Featured Events

Democracy and Dissent

Lewis Lapham with Pamela Karlan

Wednesday, September 22, 2004 | 7:30 – 9:00pm | Kresge Auditorium | Free and Open to All

In his new book, Gag Rule: On the Stifling of Dissent and Democracy, Harper's Magazine editor Lewis Lapham offers a short tour of political dissent in American history and shows that voices of protest have never been so locked out of the mainstream political conversation as they are now. As a result, he argues, we face a crisis of democracy as serious as any in our history. Hear one of America's most important voices of protest discuss his urgent new polemic about the stifling of the American public's capacity for meaningful dissent at the hands of a government and media increasingly beholden to our country's wealthy few.
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Waging Peace:
Practical Approaches to a Violent World

Arun Gandhi, James Gilligan, Frances Moore Lappé, and Michael Nagler with Mark Gonnerman

Saturday, August 14, 2004 | 10:00 – 5:00 | Kresge Auditorium | Free and Open to All

At the beginning of a new century marked already by war and seemingly intractable conflicts, it is more important than ever to listen to thinkers and leaders with historical knowledge, cultivated insight, and practical approaches to peace. We have invited four such people to Stanford for a symposium on ways and means to improve our prospects for a less threatening future at home and abroad.

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American Media and the Culture of Fear

James Bettinger, Barry Glassner, Jay Harris and Paul Saffo

Friday, July 23, 2004 | 7:30 – 9:00 | Kresge Auditorium | Free and Open to All

Are mainstream news media creating an irrational climate of fear? Does 'the news' reflect your personal experience? Are Americans afraid of the wrong things? Join futurist Paul Saffo (moderator), sociologist Barry Glassner, publisher Jay Harris, and journalist Jim Bettinger to discuss the credibility of current reporting.
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Talking Right and Left:
The Language of American Politics

Deborah Tannen and Geoffrey Nunberg with Alan Acosta

Wednesday, May 5, 2004 | 7:30 – 9:00 | Kresge Auditorium | Free and Open to All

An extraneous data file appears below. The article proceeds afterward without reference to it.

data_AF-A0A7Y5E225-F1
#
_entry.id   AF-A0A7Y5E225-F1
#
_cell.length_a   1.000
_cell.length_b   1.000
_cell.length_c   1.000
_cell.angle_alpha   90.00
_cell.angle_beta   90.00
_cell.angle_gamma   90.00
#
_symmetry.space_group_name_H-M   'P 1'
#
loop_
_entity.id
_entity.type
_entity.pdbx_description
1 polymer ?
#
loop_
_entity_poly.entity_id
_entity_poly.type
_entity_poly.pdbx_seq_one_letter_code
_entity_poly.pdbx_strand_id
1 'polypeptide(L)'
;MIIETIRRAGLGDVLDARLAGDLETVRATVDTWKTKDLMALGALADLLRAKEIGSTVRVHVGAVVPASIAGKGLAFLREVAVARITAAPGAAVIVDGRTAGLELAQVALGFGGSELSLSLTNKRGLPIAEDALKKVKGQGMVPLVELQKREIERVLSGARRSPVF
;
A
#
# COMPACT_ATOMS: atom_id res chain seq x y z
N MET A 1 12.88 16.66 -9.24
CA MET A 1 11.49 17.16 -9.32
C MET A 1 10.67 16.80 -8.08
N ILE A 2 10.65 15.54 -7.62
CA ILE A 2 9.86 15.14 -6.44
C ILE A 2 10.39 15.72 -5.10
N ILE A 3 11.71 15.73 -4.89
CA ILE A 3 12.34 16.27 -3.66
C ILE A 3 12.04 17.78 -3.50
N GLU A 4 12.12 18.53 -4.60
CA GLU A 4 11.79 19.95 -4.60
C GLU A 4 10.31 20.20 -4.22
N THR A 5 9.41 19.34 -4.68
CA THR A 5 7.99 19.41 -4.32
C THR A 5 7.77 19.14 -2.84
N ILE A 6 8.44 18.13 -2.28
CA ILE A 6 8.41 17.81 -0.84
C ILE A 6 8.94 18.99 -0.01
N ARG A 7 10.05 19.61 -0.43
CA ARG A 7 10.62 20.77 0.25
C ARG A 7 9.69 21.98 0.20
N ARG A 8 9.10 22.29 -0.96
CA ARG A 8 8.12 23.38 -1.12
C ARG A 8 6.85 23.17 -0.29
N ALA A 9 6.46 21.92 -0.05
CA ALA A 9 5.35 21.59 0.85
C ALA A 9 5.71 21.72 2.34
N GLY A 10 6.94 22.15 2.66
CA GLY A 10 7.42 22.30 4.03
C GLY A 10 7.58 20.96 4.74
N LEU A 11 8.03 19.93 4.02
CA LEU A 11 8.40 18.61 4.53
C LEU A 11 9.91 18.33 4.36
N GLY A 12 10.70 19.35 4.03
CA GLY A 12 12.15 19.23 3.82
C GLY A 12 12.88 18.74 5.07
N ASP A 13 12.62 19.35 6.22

In recent decades, political debates have often come down to struggles for control of the language: leftist agenda and right-wing conspiracy, fair and balanced and media bias, choice and life, diversity and preferences, class warfare and corporate welfare, support the troops and quagmire. How does language shape and reinforce our political perceptions? Are linguistic divisions more marked in American political life than they used to be? Does one side have a dominant linguistic position? Two linguists well known for their writing about the language of public life assess the state of political language and ask where it is headed.
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True Colors:
Myth, Meaning, and the American Flag

Carolyn Marvin with Hans Ulrich Gumbrecht

Thursday, March 4, 2004 | 7:30 – 9:00 | Kresge Auditorium | Free and Open to All

In 1989, a University of Pennsylvania professor, Carolyn Marvin, stood in front of her free speech class and, without speaking, set fire to an American flag. This dramatic gesture was intended to illustrate freedom of expression and provoke critical examination of a basic American right. In response to the fierce criticism she received for her action, Professor Marvin began a decade of research into the history, myth, and magic of our nation’s flag. Why, she asks, is the flag omnipresent in American culture at so many levels and for so many people? How does it function in the context of an American civil religion? What is the relation of the flag to nationhood?
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